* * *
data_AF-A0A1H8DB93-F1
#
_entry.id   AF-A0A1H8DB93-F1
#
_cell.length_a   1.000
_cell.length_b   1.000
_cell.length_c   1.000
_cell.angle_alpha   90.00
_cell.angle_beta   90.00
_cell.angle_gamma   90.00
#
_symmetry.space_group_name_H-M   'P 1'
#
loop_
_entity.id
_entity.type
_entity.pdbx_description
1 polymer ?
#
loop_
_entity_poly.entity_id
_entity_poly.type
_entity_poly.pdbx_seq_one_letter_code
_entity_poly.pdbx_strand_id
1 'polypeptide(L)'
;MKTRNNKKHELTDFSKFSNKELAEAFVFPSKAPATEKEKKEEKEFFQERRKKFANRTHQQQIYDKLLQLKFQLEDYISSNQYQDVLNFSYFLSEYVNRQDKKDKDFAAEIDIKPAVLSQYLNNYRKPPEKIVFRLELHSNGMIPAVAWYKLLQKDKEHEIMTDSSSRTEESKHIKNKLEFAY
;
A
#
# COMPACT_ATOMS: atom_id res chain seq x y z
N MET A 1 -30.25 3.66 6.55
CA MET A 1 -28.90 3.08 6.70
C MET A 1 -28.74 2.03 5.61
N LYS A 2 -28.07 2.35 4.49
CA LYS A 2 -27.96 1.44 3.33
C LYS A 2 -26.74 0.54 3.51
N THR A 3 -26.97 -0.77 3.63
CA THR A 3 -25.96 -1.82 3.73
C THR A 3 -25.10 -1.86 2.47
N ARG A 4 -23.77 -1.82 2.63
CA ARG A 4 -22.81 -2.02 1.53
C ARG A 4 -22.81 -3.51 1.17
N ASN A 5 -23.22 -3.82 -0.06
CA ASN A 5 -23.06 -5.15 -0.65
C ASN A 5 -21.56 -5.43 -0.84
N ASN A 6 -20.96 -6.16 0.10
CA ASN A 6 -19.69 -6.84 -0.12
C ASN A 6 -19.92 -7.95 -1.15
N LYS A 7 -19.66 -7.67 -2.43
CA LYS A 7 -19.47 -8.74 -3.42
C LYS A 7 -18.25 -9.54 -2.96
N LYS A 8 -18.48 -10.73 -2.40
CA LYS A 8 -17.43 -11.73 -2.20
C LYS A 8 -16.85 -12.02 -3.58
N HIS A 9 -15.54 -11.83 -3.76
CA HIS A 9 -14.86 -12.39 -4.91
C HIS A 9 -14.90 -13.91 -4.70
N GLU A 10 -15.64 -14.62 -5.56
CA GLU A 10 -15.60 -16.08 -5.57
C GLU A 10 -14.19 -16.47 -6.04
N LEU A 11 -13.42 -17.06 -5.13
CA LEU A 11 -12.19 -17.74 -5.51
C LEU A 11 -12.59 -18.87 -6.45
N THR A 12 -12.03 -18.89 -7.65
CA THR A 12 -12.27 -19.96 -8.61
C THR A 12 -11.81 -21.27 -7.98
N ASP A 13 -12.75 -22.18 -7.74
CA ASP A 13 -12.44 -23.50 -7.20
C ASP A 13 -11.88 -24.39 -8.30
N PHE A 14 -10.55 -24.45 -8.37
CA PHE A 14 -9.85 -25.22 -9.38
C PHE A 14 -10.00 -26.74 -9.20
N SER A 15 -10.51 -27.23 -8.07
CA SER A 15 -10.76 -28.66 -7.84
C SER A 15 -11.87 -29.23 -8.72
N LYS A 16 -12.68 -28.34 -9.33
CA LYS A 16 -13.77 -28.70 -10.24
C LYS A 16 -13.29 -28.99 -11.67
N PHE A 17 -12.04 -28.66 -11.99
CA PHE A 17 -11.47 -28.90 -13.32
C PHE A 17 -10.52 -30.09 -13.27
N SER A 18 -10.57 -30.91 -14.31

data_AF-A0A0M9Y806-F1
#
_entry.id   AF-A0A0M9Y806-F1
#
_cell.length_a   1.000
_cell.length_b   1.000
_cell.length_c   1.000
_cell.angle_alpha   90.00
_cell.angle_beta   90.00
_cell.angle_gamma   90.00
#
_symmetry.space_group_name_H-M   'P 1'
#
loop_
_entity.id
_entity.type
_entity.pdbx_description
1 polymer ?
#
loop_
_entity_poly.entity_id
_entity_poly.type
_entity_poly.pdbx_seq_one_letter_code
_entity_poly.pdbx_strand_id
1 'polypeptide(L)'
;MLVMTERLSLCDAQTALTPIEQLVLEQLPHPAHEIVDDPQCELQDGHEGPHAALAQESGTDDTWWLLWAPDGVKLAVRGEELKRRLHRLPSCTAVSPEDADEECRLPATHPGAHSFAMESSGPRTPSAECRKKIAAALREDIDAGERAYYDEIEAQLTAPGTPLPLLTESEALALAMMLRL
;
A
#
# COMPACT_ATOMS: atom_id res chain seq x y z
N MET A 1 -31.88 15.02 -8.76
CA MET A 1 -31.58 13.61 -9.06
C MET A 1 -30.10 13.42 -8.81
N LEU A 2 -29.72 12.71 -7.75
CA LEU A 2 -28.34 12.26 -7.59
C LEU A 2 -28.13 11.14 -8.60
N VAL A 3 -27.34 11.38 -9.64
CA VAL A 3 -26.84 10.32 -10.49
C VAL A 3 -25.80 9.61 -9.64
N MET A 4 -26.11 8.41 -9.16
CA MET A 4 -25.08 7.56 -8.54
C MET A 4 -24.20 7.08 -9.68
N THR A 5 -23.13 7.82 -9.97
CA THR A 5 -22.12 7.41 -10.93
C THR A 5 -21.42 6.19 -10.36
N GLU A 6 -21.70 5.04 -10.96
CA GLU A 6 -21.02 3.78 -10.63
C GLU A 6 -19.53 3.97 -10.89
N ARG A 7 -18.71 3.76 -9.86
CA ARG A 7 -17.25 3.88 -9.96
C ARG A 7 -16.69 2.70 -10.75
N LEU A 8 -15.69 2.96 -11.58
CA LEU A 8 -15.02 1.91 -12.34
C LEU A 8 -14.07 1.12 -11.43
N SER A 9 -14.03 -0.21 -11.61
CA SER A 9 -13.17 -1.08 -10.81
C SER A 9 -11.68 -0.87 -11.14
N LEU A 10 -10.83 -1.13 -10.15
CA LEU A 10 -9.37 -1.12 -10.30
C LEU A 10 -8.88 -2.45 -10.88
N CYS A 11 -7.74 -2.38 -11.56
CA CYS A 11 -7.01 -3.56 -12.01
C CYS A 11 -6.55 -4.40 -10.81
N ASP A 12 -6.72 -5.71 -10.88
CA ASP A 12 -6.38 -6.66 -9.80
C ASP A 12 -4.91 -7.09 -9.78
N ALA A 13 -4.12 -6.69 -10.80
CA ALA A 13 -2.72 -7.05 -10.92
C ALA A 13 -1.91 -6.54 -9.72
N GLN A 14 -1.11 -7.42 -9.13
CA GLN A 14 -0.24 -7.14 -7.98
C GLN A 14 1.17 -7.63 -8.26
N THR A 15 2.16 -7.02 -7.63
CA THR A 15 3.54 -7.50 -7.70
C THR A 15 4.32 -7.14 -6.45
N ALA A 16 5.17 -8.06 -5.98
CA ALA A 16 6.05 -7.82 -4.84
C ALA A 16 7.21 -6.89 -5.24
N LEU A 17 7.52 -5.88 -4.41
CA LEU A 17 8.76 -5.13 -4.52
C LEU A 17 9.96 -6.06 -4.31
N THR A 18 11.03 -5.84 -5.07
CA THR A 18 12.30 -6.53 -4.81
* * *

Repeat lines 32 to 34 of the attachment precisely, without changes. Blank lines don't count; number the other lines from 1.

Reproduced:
CA MET A 1 -28.90 3.08 6.70
C MET A 1 -28.74 2.03 5.61
N LYS A 2 -28.07 2.35 4.49